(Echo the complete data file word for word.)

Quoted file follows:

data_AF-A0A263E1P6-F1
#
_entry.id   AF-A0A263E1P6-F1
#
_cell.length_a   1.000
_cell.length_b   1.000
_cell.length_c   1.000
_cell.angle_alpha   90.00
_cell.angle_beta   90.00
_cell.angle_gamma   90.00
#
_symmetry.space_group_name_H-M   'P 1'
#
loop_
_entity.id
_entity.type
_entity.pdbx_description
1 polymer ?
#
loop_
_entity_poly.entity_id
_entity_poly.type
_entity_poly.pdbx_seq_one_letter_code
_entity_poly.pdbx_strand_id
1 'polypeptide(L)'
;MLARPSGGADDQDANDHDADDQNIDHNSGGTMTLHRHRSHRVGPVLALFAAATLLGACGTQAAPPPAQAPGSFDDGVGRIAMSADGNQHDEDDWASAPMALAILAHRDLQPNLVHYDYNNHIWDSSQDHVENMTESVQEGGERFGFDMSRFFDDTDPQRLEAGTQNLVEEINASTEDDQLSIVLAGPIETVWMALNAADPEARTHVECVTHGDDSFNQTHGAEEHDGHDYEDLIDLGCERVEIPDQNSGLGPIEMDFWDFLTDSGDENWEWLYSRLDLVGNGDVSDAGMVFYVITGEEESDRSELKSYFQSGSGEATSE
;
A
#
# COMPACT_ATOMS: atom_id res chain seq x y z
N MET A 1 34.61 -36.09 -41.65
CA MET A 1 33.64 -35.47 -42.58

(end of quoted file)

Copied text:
data_AF-A0A263E1P6-F1
#
_entry.id   AF-A0A263E1P6-F1
#
_cell.length_a   1.000
_cell.length_b   1.000
_cell.length_c   1.000
_cell.angle_alpha   90.00
_cell.angle_beta   90.00
_cell.angle_gamma   90.00
#
_symmetry.space_group_name_H-M   'P 1'
#
loop_
_entity.id
_entity.type
_entity.pdbx_description
1 polymer ?
#
loop_
_entity_poly.entity_id
_entity_poly.type
_entity_poly.pdbx_seq_one_letter_code
_entity_poly.pdbx_strand_id
1 'polypeptide(L)'
;MLARPSGGADDQDANDHDADDQNIDHNSGGTMTLHRHRSHRVGPVLALFAAATLLGACGTQAAPPPAQAPGSFDDGVGRIAMSADGNQHDEDDWASAPMALAILAHRDLQPNLVHYDYNNHIWDSSQDHVENMTESVQEGGERFGFDMSRFFDDTDPQRLEAGTQNLVEEINASTEDDQLSIVLAGPIETVWMALNAADPEARTHVECVTHGDDSFNQTHGAEEHDGHDYEDLIDLGCERVEIPDQNSGLGPIEMDFWDFLTDSGDENWEWLYSRLDLVGNGDVSDAGMVFYVITGEEESDRSELKSYFQSGSGEATSE
;
A
#
# COMPACT_ATOMS: atom_id res chain seq x y z
N MET A 1 34.61 -36.09 -41.65
CA MET A 1 33.64 -35.47 -42.58